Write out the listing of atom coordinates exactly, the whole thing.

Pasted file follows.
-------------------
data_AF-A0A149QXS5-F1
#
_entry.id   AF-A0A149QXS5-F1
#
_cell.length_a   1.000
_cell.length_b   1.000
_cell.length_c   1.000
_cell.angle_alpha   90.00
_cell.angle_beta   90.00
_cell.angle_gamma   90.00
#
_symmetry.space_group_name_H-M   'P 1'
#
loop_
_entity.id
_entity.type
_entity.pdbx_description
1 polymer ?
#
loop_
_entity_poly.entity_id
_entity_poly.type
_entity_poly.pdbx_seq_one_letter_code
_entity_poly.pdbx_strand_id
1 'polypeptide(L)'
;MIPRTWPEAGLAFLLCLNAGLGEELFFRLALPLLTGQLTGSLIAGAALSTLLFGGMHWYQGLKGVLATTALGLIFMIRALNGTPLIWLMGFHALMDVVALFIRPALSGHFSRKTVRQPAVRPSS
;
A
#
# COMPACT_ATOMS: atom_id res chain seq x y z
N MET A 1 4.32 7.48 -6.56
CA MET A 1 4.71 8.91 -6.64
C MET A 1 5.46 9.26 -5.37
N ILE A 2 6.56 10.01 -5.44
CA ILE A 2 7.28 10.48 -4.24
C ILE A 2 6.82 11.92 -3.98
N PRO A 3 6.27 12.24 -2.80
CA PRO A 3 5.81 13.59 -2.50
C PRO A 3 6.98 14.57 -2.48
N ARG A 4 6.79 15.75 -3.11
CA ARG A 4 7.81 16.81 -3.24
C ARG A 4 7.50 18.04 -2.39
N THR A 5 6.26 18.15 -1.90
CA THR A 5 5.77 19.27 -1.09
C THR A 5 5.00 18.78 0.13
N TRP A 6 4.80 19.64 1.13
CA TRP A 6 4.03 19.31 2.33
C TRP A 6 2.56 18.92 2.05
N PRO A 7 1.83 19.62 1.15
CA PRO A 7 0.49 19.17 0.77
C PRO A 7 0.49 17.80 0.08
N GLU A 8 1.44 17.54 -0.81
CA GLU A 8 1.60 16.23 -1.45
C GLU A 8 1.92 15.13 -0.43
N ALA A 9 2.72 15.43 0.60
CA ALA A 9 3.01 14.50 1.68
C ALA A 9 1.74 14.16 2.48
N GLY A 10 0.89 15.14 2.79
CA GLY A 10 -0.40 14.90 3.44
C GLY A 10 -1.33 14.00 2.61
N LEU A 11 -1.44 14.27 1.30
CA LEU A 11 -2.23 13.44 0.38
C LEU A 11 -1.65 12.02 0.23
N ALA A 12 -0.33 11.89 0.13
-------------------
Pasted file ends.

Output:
data_AF-A0A149QXS5-F1
#
_entry.id   AF-A0A149QXS5-F1
#
_cell.length_a   1.000
_cell.length_b   1.000
_cell.length_c   1.000
_cell.angle_alpha   90.00
_cell.angle_beta   90.00
_cell.angle_gamma   90.00
#
_symmetry.space_group_name_H-M   'P 1'
#
loop_
_entity.id
_entity.type
_entity.pdbx_description
1 polymer ?
#
loop_
_entity_poly.entity_id
_entity_poly.type
_entity_poly.pdbx_seq_one_letter_code
_entity_poly.pdbx_strand_id
1 'polypeptide(L)'
;MIPRTWPEAGLAFLLCLNAGLGEELFFRLALPLLTGQLTGSLIAGAALSTLLFGGMHWYQGLKGVLATTALGLIFMIRALNGTPLIWLMGFHALMDVVALFIRPALSGHFSRKTVRQPAVRPSS
;
A
#
# COMPACT_ATOMS: atom_id res chain seq x y z
N MET A 1 4.32 7.48 -6.56
CA MET A 1 4.71 8.91 -6.64
C MET A 1 5.46 9.26 -5.37
N ILE A 2 6.56 10.01 -5.44
CA ILE A 2 7.28 10.48 -4.24
C ILE A 2 6.82 11.92 -3.98
N PRO A 3 6.27 12.24 -2.80
CA PRO A 3 5.81 13.59 -2.50
C PRO A 3 6.98 14.57 -2.48
N ARG A 4 6.79 15.75 -3.11
CA ARG A 4 7.81 16.81 -3.24
C ARG A 4 7.50 18.04 -2.39
N THR A 5 6.26 18.15 -1.90
CA THR A 5 5.77 19.27 -1.09
C THR A 5 5.00 18.78 0.13
N TRP A 6 4.80 19.64 1.13
CA TRP A 6 4.03 19.31 2.33
C TRP A 6 2.56 18.92 2.05
N PRO A 7 1.83 19.62 1.15
CA PRO A 7 0.49 19.17 0.77
C PRO A 7 0.49 17.80 0.08
N GLU A 8 1.44 17.54 -0.81
CA GLU A 8 1.60 16.23 -1.45
C GLU A 8 1.92 15.13 -0.43
N ALA A 9 2.72 15.43 0.60
CA ALA A 9 3.01 14.50 1.68
C ALA A 9 1.74 14.16 2.48
N GLY A 10 0.89 15.14 2.79
CA GLY A 10 -0.40 14.90 3.44
C GLY A 10 -1.33 14.00 2.61
N LEU A 11 -1.44 14.27 1.30
CA LEU A 11 -2.23 13.44 0.38
C LEU A 11 -1.65 12.02 0.23
N ALA A 12 -0.33 11.89 0.13